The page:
01 April 2014
Little sign of progress since reunification talks restarted 11 Feb despite regular meetings between negotiators: Republic of Cyprus President Anastasiades 16 March said initia ...
Turkey’s government needs to recover lost momentum, press forward with democratic reforms and constitutional revision, and recognise that steps that benefit the country’s Kurds must be decoupled from disarmament talks with the Kurdistan Workers’ Party (PKK).
Though battered economically, socially and politically for decades, the city and province of Diyarbakır could offer hope for Turks and Kurds who want to live together, if Ankara can refocus its policies on creating a more equal, democratic Turkey.
Turkey needs to recover the initiative after the PKK (Kurdistan Workers’ Party) insurgency’s aggressive escalation of violence and implement a long-term conflict resolution strategy that addresses Kurdish grievances.
Though newly discovered gas reserves off Cyprus are currently driving the Greek and Turkish Cypriot communities further apart, they could offer both newfound wealth if, together with Turkey, they would start a new dialogue.
To head off a serious escalation of the armed conflict, Turkey and the Turkish Kurd nationalist movement must immediately step back from the trap of a new cycle of tit-for-tat military and terrorist attacks that have killed 110 people since June.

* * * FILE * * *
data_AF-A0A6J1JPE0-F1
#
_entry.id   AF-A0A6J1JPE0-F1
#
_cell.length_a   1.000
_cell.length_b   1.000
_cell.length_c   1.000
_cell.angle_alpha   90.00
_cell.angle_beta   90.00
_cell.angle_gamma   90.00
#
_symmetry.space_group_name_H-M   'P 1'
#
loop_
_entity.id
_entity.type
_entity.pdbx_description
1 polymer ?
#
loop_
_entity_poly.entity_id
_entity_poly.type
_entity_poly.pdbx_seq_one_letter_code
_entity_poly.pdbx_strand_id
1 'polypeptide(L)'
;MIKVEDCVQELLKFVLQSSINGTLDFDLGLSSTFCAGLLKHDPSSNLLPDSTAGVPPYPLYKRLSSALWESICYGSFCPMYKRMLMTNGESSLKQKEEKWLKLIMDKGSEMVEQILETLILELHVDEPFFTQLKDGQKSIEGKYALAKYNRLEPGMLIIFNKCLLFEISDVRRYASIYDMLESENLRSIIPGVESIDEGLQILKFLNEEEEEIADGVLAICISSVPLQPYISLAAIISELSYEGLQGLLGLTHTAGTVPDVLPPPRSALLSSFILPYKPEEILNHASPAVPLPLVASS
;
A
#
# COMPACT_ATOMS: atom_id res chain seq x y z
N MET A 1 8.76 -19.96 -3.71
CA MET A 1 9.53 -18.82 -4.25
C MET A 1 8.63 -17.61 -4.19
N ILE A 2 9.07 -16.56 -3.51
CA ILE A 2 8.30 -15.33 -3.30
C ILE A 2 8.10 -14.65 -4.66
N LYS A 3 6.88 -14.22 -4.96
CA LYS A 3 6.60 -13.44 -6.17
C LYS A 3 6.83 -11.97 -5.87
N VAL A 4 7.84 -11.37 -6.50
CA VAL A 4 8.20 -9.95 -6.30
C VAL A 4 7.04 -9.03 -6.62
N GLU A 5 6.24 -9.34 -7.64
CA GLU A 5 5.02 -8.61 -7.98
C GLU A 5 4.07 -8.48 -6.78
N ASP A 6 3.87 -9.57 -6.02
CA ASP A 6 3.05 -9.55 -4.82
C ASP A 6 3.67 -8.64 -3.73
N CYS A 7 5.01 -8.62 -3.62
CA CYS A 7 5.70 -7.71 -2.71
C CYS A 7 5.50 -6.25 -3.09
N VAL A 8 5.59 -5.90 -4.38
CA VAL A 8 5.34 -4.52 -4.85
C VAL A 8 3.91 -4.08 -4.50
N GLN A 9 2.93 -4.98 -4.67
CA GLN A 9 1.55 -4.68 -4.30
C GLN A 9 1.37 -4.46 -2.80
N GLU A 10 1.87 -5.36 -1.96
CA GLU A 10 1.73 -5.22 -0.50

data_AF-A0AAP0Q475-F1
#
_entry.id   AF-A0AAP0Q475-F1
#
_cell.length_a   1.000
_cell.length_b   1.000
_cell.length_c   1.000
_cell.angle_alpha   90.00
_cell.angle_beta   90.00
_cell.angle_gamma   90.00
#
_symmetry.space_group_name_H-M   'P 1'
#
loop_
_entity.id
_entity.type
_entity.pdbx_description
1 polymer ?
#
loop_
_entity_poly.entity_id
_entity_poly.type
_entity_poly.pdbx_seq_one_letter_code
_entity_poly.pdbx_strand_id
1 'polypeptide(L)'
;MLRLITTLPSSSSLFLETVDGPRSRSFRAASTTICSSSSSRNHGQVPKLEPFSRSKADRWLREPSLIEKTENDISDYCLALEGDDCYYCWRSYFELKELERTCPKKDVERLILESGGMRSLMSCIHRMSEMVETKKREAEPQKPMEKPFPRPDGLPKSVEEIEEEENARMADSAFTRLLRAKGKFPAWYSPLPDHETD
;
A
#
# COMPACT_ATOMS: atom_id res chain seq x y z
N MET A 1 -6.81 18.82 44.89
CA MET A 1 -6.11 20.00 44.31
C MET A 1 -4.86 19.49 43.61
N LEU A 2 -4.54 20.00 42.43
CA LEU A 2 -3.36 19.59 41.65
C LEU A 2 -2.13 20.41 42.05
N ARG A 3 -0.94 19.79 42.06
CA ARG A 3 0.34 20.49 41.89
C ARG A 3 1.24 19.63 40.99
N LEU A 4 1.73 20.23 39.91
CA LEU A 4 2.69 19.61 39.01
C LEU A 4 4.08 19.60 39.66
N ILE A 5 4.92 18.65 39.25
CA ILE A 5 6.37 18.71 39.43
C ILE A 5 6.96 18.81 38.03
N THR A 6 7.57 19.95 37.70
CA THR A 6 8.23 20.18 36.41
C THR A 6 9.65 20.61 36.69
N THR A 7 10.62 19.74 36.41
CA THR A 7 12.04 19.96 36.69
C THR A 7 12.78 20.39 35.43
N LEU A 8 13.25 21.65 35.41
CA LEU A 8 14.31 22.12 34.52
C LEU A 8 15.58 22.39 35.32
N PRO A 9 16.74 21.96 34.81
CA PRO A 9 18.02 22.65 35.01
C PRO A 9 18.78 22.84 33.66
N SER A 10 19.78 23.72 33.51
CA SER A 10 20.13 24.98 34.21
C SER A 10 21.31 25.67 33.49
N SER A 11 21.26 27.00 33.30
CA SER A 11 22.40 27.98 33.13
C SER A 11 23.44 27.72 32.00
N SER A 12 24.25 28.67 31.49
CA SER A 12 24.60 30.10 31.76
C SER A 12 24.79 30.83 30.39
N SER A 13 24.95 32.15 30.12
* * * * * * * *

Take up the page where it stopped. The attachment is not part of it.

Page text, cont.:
To capitalise on twelve years of normalisation, and at a time when both could benefit from a foreign policy success, Greece and Turkey should settle their expensive, outdated and stressful stand-off over Aegean Sea maritime zones and related issues.
With stalemate looming in the UN-sponsored Cyprus reunification negotiations, parties to the dispute need to take dramatic, unilateral steps to break the decades-long distrust that is suffocating them.
Stability in the Eastern Mediterranean will remain hostage to full settlement of the Cyprus dispute, but the property issue – one of its most intractable knots – can be solved now if Greek and Turkish Cypriots compromise on new proposals currently before them.
Welcome to the Crisis Group blog Solving the EU-Turkey-Cyprus Triangle, where we cover the nexus of issues surrounding Cyprus, Turkey and the EU.
International Crisis Group © 2014 |